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#38 porcupine

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Posted 12 January 2009 - 02:23 PM

Flight delays made dinner in Orlando impossible, and a wacky schedule made eating at almost any restaurant difficult, but I did get to four places in Sebring: Ribmasters BBQ, Mi Rancho, Thai House, and Sebring Diner.

Maybe it was bad luck or something: I got lunch at Ribmasters not knowing it was the day before the 12 Hours of Barbeque competition* just 'round the corner at the fairgrounds, so maybe that explains the poorly cooked, barely smokey, slightly tough pork ribs. Perhaps they were busy getting ready for the event? But there was nothing masterly about the ribs.

Mi Rancho served about the worst Americanized Mexican/Salvadoran food I've ever had, and that includes a burrito from Chipotle, but at least the plantains were edible, if incredibly boring.

Thai House**, on the other hand, was amazingly good. Or maybe the seven of us were exhausted after a long day and enjoying the camaraderie and desperate for anything flavorful. I'm not sayin' to drop everything and go to Sebring just to eat at Thai House, but this was some of the best Thai food I've eaten. Dishes were slow to come out, but I overheard some talk that makes me think Mama was working hard that night. Tried to go back Friday night, but the tiny place was hoppin'.

Sebring Diner is a perfectly fine place serving perfectly fine diner food. It stands out mostly for the really nice and attentive service we saw for the regulars, a la "now, Mr. Jones, that dish is really salty. Can you have that much salt?" to a man who appeared to be in his eighties. There really are a lot of elderly people in Florida. Most of them seemed to be waiting for a seat at Sebring Diner Sunday afternoon.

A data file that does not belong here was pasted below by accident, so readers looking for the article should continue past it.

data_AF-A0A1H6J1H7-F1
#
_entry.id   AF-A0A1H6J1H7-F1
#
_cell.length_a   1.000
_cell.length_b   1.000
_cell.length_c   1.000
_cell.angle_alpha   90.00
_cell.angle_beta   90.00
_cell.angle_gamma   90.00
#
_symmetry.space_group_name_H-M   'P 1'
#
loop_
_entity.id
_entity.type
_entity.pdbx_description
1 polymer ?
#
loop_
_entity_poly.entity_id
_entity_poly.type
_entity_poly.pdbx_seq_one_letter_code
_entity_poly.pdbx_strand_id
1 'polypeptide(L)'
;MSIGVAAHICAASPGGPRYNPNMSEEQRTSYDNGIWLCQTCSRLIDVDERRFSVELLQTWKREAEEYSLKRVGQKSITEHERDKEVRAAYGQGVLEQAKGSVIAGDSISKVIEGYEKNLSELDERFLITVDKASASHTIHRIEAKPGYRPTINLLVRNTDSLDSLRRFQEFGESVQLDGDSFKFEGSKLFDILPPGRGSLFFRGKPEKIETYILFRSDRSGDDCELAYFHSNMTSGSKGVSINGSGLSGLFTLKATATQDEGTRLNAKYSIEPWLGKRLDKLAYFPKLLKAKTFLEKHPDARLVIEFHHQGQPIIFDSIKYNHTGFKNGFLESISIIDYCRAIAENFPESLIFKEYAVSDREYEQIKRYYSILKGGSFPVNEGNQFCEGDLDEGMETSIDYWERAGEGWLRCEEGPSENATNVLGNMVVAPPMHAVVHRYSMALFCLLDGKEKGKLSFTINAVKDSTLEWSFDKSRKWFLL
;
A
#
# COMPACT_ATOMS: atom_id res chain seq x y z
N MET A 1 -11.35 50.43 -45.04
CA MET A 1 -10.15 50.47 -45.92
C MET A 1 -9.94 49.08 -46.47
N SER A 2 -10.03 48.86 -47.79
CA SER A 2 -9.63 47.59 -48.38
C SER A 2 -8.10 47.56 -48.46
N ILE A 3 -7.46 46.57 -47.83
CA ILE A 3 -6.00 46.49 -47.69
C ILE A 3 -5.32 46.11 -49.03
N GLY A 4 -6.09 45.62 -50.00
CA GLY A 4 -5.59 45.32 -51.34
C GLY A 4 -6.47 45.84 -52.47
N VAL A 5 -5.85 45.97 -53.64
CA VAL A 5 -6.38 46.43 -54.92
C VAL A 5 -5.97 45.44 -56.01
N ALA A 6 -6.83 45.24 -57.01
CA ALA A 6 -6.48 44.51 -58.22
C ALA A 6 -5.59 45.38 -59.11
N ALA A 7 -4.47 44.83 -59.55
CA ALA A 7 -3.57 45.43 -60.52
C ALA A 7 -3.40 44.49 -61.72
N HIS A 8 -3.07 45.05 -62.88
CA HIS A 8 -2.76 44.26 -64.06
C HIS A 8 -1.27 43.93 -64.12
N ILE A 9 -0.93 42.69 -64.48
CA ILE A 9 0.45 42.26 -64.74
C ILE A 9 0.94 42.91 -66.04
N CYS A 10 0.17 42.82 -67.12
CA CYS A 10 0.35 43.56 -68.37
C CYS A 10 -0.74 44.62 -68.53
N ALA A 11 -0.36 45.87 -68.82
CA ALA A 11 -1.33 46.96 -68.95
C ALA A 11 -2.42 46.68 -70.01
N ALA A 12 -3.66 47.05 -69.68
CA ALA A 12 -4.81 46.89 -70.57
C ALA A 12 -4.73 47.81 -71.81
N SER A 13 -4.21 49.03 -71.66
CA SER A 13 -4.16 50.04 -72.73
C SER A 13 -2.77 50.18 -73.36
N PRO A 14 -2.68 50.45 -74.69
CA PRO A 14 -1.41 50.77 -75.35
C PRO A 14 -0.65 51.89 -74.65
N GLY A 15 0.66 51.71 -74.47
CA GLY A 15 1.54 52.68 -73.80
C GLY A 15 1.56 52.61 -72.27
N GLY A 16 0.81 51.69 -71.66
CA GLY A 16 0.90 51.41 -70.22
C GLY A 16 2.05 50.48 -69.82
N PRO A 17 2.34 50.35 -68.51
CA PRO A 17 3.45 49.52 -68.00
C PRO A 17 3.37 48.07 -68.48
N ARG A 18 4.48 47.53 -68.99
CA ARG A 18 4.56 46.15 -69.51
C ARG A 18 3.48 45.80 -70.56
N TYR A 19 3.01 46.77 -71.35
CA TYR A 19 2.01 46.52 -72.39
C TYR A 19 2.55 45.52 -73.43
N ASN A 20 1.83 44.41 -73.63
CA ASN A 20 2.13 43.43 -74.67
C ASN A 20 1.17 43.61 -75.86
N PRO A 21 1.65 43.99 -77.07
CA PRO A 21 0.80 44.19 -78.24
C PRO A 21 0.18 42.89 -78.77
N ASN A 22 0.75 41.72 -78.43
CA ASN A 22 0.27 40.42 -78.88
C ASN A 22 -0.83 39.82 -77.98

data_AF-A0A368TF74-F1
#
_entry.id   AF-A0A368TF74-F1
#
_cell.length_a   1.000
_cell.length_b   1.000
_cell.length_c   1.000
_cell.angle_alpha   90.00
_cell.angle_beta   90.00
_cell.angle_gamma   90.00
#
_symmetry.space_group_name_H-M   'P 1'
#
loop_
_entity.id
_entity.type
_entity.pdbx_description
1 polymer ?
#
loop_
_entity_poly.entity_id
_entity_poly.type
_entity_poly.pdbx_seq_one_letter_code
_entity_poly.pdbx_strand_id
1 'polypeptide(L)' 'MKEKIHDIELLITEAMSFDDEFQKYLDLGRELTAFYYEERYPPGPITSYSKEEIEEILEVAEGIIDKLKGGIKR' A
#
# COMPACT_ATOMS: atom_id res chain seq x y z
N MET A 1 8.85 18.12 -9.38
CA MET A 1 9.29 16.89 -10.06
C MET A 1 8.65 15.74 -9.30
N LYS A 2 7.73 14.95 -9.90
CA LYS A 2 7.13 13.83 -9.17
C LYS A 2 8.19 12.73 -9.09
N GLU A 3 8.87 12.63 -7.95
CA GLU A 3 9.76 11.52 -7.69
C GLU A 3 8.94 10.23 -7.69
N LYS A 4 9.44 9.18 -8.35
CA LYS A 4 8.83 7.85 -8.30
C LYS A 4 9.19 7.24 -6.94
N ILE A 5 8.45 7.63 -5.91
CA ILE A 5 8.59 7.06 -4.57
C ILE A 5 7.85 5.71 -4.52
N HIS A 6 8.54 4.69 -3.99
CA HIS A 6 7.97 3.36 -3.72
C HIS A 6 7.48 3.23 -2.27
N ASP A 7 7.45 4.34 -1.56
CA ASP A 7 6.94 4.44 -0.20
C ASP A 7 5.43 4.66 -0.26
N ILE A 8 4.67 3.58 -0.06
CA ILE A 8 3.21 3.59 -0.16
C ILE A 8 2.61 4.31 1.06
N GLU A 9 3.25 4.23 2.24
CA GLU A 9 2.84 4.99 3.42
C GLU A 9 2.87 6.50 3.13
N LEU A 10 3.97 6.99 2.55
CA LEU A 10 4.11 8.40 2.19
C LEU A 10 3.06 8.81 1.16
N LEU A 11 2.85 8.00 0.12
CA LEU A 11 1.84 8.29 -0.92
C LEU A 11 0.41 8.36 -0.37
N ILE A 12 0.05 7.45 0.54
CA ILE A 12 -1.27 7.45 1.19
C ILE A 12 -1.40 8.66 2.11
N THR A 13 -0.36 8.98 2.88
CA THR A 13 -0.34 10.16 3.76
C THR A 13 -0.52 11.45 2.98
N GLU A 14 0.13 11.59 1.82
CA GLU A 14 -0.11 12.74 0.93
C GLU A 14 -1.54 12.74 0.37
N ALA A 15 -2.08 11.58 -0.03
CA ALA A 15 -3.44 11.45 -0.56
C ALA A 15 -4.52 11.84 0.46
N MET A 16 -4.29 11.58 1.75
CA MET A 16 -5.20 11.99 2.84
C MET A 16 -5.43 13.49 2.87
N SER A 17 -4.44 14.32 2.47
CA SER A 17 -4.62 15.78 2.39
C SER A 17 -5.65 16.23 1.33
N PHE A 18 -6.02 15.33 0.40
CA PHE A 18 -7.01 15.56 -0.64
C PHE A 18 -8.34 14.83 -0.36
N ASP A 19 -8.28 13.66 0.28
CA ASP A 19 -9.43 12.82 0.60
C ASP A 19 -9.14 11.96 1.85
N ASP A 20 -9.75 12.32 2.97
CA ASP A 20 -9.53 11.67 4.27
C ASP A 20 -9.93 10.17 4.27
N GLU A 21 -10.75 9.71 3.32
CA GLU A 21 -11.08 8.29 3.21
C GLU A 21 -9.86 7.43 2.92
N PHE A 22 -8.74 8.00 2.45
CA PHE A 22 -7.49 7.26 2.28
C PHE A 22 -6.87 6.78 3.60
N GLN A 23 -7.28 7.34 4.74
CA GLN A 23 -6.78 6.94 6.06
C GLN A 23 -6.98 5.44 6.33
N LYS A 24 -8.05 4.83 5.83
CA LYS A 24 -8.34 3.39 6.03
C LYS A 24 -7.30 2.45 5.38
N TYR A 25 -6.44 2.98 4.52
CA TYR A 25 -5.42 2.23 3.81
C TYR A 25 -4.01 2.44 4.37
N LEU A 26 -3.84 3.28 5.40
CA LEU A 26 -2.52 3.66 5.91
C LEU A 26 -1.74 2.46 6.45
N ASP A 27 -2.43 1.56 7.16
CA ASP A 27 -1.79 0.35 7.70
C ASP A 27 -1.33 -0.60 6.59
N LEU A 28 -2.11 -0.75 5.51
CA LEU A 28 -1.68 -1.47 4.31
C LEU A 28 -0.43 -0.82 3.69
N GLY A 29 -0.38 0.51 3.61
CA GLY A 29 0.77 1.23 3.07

-----------
*word was that the competition is not particularly spectator (eater) friendly, so I didn't go

** on US 27N just north of Sebring Parkway

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#39 The Doctor

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Posted 01 February 2010 - 09:20 PM

Wow, 1 year hiatus for this thread.

Is there anything new to report on the Orlando scene? My parents are headed to the area and charged me with finding them places to eat. Anything but super-high end would be good. They've even talked about a drive to the east coast, to Cape Canaveral and Cocoa Beach -- and are frustratingly having a difficult time locating a reputable seafood place so close to the ocean.

Thanks for reading!

#40 DanielK

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Posted 01 February 2010 - 09:50 PM

Not to continue the theme already all over this thread, but I had a business dinner at Seasons 52 this fall and it was a great meal, including some excellent local seafood.

#41 DonRocks

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Posted 01 February 2010 - 10:04 PM

Not to continue the theme already all over this thread, but I had a business dinner at Seasons 52 this fall and it was a great meal, including some excellent local seafood.